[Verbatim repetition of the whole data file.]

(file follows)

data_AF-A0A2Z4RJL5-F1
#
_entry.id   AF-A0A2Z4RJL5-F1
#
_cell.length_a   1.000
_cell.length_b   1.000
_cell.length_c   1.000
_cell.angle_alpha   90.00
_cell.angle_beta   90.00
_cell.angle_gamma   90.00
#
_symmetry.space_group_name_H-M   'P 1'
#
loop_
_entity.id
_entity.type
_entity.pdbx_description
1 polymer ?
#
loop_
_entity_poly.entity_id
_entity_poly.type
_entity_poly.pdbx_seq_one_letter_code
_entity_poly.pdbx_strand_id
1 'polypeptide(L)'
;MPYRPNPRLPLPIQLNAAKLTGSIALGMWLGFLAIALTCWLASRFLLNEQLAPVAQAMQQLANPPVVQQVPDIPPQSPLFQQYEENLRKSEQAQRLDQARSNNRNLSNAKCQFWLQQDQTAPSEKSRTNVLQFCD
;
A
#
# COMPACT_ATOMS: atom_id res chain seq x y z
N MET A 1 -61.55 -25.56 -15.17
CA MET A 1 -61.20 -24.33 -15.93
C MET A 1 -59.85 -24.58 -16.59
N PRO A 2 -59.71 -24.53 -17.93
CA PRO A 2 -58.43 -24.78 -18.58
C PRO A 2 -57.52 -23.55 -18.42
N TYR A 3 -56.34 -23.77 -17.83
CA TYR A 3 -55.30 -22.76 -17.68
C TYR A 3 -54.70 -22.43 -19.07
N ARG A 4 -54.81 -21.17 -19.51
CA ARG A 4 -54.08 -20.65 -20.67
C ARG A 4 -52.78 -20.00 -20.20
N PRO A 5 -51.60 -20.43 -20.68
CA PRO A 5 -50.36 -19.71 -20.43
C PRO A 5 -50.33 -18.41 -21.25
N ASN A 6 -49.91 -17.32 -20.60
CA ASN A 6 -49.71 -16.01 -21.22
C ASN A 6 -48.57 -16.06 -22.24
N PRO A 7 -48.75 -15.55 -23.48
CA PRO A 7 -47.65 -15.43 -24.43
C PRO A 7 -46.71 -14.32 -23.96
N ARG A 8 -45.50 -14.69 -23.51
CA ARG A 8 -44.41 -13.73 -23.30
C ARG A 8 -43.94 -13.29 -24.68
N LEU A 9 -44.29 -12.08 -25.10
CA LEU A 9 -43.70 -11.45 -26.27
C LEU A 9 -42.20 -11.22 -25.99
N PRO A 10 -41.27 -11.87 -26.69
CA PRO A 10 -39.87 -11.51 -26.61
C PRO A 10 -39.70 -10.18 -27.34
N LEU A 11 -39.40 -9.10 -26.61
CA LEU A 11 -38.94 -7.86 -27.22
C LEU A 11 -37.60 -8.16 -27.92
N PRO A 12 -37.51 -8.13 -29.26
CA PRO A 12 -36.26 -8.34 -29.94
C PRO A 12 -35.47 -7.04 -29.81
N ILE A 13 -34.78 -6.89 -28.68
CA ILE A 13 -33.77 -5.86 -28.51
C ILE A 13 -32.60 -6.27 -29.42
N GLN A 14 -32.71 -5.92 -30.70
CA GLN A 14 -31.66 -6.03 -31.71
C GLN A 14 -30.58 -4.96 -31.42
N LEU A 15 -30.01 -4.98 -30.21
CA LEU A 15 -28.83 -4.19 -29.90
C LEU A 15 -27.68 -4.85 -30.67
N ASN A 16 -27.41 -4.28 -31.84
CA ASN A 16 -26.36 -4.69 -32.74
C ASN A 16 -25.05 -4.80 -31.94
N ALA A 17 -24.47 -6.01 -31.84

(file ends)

data_AF-A0A2Z4RJL5-F1
#
_entry.id   AF-A0A2Z4RJL5-F1
#
_cell.length_a   1.000
_cell.length_b   1.000
_cell.length_c   1.000
_cell.angle_alpha   90.00
_cell.angle_beta   90.00
_cell.angle_gamma   90.00
#
_symmetry.space_group_name_H-M   'P 1'
#
loop_
_entity.id
_entity.type
_entity.pdbx_description
1 polymer ?
#
loop_
_entity_poly.entity_id
_entity_poly.type
_entity_poly.pdbx_seq_one_letter_code
_entity_poly.pdbx_strand_id
1 'polypeptide(L)'
;MPYRPNPRLPLPIQLNAAKLTGSIALGMWLGFLAIALTCWLASRFLLNEQLAPVAQAMQQLANPPVVQQVPDIPPQSPLFQQYEENLRKSEQAQRLDQARSNNRNLSNAKCQFWLQQDQTAPSEKSRTNVLQFCD
;
A
#
# COMPACT_ATOMS: atom_id res chain seq x y z
N MET A 1 -61.55 -25.56 -15.17
CA MET A 1 -61.20 -24.33 -15.93
C MET A 1 -59.85 -24.58 -16.59
N PRO A 2 -59.71 -24.53 -17.93
CA PRO A 2 -58.43 -24.78 -18.58
C PRO A 2 -57.52 -23.55 -18.42
N TYR A 3 -56.34 -23.77 -17.83
CA TYR A 3 -55.30 -22.76 -17.68
C TYR A 3 -54.70 -22.43 -19.07
N ARG A 4 -54.81 -21.17 -19.51
CA ARG A 4 -54.08 -20.65 -20.67
C ARG A 4 -52.78 -20.00 -20.20
N PRO A 5 -51.60 -20.43 -20.68
CA PRO A 5 -50.36 -19.71 -20.43
C PRO A 5 -50.33 -18.41 -21.25
N ASN A 6 -49.91 -17.32 -20.60
CA ASN A 6 -49.71 -16.01 -21.22
C ASN A 6 -48.57 -16.06 -22.24
N PRO A 7 -48.75 -15.55 -23.48
CA PRO A 7 -47.65 -15.43 -24.43
C PRO A 7 -46.71 -14.32 -23.96
N ARG A 8 -45.50 -14.69 -23.51
CA ARG A 8 -44.41 -13.73 -23.30
C ARG A 8 -43.94 -13.29 -24.68
N LEU A 9 -44.29 -12.08 -25.10
CA LEU A 9 -43.70 -11.45 -26.27
C LEU A 9 -42.20 -11.22 -25.99
N PRO A 10 -41.27 -11.87 -26.69
CA PRO A 10 -39.87 -11.51 -26.61
C PRO A 10 -39.70 -10.18 -27.34
N LEU A 11 -39.40 -9.10 -26.61
CA LEU A 11 -38.94 -7.86 -27.22
C LEU A 11 -37.60 -8.16 -27.92
N PRO A 12 -37.51 -8.13 -29.26
CA PRO A 12 -36.26 -8.34 -29.94
C PRO A 12 -35.47 -7.04 -29.81
N ILE A 13 -34.78 -6.89 -28.68
CA ILE A 13 -33.77 -5.86 -28.51
C ILE A 13 -32.60 -6.27 -29.42
N GLN A 14 -32.71 -5.92 -30.70
CA GLN A 14 -31.66 -6.03 -31.71
C GLN A 14 -30.58 -4.96 -31.42
N LEU A 15 -30.01 -4.98 -30.21
CA LEU A 15 -28.83 -4.19 -29.90
C LEU A 15 -27.68 -4.85 -30.67
N ASN A 16 -27.41 -4.28 -31.84
CA ASN A 16 -26.36 -4.69 -32.74
C ASN A 16 -25.05 -4.80 -31.94
N ALA A 17 -24.47 -6.01 -31.84